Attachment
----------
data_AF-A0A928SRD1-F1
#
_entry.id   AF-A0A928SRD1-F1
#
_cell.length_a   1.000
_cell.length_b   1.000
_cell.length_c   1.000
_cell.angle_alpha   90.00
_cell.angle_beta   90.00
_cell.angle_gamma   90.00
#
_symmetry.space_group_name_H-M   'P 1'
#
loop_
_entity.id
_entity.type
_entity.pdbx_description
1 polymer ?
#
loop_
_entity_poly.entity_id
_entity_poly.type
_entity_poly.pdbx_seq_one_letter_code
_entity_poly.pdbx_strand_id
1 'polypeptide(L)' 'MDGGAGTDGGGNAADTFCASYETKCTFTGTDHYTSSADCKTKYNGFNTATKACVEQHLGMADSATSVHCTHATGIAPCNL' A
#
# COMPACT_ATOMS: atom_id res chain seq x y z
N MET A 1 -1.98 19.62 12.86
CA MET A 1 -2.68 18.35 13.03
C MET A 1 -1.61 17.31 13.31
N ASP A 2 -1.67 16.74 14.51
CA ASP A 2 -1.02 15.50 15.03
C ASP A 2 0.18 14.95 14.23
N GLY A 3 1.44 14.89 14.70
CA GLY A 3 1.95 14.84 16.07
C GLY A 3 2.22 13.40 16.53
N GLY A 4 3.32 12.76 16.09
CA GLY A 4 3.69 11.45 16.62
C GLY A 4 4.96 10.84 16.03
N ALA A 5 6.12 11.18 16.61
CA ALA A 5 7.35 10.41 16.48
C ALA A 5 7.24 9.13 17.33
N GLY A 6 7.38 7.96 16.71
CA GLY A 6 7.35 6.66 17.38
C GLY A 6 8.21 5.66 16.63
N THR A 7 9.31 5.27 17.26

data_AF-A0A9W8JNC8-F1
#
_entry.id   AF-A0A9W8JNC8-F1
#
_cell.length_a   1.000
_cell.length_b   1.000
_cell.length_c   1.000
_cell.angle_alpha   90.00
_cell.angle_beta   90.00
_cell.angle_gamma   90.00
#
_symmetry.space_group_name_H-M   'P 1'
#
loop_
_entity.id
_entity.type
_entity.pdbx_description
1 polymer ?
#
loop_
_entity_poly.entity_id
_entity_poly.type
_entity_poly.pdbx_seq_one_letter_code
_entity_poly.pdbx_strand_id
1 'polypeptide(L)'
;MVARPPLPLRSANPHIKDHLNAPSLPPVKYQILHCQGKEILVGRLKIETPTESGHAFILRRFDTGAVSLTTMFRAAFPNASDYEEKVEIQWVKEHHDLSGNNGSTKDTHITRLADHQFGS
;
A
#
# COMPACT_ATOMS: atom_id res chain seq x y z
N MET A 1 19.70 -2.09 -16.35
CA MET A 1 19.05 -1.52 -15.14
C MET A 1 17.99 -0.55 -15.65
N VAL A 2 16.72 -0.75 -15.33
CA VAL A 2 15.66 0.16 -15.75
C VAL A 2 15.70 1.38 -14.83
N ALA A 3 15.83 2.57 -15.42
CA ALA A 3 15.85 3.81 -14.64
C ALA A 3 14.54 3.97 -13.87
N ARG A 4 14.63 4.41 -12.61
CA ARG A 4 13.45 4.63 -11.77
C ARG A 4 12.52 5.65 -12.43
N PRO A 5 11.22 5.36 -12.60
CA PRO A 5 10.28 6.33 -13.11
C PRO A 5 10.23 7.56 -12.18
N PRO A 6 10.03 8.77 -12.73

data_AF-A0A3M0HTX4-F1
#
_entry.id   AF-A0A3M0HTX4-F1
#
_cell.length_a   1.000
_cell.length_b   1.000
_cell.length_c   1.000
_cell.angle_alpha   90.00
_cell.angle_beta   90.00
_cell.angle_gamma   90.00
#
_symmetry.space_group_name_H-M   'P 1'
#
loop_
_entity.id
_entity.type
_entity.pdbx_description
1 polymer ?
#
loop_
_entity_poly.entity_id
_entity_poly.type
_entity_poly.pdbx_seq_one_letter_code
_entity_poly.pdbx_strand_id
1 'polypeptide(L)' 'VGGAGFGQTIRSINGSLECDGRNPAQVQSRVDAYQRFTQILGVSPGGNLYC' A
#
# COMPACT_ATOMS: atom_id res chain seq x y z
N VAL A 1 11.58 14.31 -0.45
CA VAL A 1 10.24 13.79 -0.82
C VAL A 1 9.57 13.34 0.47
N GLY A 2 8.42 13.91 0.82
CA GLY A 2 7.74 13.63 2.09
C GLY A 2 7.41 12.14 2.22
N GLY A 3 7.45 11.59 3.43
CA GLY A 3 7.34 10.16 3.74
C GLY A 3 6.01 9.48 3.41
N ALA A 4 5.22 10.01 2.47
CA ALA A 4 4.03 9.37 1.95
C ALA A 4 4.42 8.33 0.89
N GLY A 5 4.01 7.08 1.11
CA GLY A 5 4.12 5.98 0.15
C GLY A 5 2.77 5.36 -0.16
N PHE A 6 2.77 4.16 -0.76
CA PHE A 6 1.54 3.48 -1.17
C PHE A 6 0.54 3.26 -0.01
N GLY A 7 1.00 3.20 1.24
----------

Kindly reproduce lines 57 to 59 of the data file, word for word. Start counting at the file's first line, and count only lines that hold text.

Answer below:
#
_symmetry.space_group_name_H-M   'P 1'
#